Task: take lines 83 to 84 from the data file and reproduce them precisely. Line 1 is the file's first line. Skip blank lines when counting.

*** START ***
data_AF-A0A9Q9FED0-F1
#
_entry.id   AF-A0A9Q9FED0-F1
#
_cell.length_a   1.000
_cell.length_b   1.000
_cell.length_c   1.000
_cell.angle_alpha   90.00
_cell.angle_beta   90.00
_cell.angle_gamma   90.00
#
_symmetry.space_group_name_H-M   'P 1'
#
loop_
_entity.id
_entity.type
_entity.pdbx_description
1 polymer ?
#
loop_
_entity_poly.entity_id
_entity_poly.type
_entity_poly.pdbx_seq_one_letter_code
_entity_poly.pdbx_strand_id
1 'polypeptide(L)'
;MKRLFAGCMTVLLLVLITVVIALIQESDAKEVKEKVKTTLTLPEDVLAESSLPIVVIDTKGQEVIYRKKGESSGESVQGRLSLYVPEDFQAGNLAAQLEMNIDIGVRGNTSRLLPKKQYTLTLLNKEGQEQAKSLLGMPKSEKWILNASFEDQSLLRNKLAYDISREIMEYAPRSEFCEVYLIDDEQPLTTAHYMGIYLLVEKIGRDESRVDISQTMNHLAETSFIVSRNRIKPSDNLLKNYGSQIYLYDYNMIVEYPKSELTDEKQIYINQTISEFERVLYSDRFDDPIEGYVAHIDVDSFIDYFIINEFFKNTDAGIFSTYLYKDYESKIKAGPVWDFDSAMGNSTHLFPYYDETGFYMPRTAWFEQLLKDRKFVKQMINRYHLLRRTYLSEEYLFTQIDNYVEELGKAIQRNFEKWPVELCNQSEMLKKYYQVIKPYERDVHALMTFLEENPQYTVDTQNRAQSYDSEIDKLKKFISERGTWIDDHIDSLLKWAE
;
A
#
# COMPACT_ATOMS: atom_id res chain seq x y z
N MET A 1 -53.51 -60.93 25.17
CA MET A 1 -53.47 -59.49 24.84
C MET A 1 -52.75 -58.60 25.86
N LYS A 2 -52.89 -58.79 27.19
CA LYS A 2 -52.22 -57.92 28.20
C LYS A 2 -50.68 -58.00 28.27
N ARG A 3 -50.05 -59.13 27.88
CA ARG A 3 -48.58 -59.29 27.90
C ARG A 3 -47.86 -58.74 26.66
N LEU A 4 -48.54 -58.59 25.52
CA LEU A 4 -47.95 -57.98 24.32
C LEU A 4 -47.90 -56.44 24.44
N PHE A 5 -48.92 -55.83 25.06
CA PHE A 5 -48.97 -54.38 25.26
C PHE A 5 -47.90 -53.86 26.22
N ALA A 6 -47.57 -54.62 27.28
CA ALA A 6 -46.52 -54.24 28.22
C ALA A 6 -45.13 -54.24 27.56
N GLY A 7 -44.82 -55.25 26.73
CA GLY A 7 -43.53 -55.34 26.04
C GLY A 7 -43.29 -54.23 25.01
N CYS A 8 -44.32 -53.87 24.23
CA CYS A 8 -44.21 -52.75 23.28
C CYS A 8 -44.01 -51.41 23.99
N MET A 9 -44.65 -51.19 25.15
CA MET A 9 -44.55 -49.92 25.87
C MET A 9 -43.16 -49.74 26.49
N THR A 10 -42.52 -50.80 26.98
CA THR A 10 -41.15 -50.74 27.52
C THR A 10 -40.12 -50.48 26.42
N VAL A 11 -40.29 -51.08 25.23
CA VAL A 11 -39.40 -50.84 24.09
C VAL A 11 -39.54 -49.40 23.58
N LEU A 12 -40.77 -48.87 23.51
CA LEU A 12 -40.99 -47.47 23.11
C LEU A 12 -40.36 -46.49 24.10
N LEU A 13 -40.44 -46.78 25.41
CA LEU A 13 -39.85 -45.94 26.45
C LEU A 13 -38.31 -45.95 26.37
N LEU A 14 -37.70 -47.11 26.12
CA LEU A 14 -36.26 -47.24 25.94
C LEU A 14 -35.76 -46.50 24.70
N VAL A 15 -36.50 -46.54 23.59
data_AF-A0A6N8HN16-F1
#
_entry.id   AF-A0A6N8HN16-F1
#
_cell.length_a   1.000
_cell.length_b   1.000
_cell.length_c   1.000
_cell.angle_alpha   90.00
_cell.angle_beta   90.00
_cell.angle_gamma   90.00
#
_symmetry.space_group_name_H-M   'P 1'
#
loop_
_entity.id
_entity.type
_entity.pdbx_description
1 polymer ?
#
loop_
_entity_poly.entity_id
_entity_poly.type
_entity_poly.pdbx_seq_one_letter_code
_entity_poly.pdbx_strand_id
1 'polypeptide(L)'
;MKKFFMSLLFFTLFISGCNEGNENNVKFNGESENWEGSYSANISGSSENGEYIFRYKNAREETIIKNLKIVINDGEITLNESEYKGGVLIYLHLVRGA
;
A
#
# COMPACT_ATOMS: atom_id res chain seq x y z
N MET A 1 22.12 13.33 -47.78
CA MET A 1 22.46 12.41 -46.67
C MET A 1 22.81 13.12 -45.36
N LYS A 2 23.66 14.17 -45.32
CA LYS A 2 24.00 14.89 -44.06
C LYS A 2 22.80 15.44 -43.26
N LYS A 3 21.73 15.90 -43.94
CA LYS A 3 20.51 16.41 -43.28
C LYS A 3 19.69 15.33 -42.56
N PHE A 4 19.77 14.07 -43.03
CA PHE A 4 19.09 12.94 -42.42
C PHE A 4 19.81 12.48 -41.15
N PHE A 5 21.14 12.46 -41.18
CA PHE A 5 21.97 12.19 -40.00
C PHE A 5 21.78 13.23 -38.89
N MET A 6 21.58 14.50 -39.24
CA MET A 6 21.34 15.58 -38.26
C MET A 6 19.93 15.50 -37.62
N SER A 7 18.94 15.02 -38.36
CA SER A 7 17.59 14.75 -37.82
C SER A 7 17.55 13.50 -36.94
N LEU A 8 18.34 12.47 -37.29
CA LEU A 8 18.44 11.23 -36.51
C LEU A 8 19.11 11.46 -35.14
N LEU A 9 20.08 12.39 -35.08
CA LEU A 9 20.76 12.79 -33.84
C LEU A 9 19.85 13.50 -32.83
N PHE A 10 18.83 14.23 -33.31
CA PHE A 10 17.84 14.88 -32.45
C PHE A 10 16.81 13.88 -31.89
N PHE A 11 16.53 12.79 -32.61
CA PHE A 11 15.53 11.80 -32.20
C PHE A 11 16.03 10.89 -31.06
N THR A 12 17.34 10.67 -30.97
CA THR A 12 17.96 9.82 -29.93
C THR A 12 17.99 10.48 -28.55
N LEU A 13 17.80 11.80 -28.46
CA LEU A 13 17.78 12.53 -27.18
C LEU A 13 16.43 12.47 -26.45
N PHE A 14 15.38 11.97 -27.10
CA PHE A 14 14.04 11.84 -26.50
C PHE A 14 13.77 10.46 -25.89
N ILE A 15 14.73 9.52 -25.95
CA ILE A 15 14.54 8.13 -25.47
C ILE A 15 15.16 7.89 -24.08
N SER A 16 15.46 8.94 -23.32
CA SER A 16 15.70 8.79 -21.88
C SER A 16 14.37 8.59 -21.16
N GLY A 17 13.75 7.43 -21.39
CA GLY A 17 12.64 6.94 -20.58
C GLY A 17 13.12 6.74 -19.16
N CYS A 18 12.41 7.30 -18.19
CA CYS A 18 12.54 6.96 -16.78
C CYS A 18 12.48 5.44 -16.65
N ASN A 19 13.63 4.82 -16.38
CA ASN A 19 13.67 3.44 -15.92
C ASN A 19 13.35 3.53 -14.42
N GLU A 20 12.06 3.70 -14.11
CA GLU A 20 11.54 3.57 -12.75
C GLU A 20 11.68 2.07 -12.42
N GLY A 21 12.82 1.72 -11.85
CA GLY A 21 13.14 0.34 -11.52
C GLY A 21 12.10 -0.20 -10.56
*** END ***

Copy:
_cell.angle_gamma   90.00
#